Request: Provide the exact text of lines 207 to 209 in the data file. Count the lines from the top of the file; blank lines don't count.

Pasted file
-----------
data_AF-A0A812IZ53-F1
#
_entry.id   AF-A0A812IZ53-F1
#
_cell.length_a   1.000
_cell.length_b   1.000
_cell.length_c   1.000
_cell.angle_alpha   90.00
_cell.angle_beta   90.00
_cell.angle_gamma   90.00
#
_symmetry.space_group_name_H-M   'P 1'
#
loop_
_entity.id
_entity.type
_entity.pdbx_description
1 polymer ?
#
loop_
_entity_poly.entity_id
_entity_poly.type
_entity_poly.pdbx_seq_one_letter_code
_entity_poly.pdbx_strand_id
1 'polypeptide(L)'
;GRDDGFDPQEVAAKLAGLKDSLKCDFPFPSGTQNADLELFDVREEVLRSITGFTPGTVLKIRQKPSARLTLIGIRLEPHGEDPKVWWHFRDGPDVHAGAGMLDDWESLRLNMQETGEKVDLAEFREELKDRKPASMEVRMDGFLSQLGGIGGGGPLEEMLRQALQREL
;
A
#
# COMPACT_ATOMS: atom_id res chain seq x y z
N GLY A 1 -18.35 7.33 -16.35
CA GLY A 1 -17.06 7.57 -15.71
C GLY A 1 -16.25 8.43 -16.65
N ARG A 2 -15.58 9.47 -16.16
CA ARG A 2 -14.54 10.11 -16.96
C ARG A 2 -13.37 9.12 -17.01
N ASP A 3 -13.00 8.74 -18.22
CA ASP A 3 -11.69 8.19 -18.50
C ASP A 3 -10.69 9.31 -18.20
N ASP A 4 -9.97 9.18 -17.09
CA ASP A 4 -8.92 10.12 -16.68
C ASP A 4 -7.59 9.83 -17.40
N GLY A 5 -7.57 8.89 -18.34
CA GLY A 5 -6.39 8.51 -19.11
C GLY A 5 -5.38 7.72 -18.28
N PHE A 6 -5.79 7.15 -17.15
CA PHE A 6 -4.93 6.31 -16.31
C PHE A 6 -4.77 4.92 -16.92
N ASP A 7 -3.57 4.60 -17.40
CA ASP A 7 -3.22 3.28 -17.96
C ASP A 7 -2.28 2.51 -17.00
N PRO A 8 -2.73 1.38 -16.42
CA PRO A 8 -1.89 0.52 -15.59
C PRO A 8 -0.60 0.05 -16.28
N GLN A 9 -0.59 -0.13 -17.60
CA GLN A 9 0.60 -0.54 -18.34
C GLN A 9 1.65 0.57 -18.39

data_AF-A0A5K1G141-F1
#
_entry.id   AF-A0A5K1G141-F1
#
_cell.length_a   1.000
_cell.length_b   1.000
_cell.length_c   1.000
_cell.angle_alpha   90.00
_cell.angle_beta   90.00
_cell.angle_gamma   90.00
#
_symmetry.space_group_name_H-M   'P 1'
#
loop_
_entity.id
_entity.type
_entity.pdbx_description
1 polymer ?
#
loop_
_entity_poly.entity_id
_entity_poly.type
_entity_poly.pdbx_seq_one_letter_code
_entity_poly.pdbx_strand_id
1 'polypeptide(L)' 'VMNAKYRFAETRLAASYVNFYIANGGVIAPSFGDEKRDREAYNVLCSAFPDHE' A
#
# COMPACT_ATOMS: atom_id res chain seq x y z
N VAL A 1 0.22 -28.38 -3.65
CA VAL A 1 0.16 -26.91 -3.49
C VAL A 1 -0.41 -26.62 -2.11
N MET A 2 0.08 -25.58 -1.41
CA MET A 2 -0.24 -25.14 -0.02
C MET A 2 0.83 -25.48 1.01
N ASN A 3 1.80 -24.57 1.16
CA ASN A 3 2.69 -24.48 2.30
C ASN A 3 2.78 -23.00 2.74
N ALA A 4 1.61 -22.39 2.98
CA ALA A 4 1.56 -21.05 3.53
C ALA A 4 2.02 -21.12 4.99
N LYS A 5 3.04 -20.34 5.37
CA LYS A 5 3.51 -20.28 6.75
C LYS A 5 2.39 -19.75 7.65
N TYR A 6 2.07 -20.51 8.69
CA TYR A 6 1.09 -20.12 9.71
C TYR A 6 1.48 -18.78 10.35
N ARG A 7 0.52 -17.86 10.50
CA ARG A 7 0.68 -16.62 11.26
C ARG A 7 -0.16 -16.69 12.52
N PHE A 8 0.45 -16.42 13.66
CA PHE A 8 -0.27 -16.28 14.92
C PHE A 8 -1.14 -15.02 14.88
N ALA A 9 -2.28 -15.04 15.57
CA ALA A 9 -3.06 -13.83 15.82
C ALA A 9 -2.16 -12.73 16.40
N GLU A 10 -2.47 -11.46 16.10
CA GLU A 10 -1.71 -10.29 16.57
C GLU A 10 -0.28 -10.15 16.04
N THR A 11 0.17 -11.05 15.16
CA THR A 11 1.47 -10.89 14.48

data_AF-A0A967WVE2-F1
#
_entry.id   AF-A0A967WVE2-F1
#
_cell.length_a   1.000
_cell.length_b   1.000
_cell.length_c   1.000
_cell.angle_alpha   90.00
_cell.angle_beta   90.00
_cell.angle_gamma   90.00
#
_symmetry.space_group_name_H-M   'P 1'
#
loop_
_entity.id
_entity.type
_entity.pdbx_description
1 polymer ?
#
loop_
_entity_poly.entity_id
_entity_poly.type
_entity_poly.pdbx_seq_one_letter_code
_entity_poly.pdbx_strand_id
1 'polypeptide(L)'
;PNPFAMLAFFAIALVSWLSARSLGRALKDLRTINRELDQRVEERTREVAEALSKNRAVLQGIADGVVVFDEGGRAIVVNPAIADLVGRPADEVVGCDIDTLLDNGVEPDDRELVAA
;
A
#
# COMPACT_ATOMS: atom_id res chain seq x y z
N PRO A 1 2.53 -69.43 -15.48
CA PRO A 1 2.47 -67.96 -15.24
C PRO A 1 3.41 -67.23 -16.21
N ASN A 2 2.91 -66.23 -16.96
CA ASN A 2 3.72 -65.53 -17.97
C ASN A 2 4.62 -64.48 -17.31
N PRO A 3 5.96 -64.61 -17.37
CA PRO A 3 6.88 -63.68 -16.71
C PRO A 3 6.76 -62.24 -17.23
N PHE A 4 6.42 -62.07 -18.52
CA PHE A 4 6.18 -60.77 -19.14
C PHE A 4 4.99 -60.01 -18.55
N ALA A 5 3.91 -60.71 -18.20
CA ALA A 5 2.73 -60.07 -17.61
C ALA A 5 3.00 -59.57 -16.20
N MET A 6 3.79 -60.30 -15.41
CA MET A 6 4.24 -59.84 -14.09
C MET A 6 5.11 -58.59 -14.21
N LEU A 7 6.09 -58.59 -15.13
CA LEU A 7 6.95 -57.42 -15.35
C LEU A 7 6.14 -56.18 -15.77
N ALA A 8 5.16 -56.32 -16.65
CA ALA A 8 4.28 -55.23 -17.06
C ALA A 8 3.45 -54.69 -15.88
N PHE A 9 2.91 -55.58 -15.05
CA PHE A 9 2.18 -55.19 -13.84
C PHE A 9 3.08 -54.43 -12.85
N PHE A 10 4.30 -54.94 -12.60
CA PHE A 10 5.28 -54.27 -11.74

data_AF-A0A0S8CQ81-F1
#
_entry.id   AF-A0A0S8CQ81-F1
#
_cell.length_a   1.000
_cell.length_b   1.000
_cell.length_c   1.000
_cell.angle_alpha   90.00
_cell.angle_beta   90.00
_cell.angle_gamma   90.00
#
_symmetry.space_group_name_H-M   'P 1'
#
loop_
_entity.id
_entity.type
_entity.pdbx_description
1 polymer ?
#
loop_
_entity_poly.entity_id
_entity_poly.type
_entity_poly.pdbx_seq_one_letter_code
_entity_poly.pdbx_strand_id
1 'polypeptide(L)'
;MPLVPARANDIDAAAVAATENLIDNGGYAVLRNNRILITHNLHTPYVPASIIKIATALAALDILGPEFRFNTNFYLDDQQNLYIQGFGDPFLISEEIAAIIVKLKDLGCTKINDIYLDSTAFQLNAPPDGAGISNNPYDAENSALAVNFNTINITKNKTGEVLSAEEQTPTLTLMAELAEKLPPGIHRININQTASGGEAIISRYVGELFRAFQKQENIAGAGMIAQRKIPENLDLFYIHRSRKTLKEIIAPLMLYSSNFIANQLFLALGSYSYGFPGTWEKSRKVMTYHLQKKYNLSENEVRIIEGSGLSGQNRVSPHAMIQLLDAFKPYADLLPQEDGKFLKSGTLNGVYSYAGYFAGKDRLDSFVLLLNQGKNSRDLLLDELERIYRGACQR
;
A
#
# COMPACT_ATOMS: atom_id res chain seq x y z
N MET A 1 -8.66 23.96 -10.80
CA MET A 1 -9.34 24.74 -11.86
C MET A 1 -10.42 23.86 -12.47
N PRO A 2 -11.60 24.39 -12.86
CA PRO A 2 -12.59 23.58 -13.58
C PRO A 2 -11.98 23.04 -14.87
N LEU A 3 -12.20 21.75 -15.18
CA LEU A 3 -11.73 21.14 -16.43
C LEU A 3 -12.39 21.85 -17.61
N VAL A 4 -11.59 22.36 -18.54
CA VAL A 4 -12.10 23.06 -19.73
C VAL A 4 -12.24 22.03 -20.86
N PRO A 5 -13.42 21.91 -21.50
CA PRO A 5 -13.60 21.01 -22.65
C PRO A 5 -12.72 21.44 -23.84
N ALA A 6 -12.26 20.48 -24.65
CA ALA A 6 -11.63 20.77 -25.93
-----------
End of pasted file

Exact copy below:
CA MET A 1 -9.34 24.74 -11.86
C MET A 1 -10.42 23.86 -12.47
N PRO A 2 -11.60 24.39 -12.86